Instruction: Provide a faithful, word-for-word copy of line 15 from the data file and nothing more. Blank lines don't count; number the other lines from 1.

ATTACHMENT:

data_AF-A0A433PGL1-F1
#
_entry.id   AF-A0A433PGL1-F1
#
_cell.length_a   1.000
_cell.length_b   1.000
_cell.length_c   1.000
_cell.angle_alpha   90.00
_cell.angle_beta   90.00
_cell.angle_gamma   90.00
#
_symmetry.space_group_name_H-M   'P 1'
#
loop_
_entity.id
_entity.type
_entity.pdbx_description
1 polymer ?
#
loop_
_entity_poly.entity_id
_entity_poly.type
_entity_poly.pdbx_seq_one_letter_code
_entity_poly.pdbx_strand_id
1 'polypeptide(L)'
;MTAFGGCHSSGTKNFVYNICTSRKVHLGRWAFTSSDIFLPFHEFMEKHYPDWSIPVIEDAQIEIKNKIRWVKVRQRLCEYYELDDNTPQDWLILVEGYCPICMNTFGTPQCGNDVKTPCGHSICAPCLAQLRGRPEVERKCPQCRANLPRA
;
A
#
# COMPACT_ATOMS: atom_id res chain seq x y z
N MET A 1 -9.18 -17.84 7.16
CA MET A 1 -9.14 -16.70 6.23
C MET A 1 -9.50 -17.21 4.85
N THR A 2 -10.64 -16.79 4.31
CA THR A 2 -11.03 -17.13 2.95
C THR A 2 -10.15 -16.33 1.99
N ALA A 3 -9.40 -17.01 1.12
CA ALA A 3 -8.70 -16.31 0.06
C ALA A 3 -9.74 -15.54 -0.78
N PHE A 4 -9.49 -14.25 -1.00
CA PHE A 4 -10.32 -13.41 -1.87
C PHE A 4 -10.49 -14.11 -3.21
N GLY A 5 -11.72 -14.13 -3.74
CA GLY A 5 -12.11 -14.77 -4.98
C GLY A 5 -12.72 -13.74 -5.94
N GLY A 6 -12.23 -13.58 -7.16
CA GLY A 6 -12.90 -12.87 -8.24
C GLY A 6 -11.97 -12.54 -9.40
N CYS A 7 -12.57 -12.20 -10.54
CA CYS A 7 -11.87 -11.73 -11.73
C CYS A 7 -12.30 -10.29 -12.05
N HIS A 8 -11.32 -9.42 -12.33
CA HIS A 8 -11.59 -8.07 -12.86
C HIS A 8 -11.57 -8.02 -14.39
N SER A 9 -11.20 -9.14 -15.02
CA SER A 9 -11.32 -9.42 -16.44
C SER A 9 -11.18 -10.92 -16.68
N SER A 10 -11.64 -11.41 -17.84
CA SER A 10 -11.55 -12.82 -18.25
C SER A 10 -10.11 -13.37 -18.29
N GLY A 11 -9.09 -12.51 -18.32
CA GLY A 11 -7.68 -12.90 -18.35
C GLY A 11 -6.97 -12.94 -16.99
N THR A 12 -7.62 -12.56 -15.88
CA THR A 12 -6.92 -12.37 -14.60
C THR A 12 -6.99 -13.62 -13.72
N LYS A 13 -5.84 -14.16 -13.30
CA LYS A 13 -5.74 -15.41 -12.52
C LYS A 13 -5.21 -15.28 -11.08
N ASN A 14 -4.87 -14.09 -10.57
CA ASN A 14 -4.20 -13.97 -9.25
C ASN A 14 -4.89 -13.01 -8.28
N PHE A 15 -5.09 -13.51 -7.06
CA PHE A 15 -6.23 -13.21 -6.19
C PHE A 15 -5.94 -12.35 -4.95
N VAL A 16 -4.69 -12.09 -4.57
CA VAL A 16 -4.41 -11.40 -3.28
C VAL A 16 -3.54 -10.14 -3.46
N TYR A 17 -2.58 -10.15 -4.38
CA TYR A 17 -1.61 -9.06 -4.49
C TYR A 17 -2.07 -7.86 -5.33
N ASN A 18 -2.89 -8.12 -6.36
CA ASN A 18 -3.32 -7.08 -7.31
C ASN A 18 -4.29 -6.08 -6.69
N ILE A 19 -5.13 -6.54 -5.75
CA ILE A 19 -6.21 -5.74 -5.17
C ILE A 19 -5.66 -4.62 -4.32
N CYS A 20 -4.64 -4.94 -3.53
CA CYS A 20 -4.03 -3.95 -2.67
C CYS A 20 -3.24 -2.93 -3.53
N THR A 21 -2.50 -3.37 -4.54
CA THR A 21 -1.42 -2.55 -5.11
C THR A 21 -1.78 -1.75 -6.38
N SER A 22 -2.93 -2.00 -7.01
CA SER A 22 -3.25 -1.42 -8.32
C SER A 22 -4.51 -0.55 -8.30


_entity.id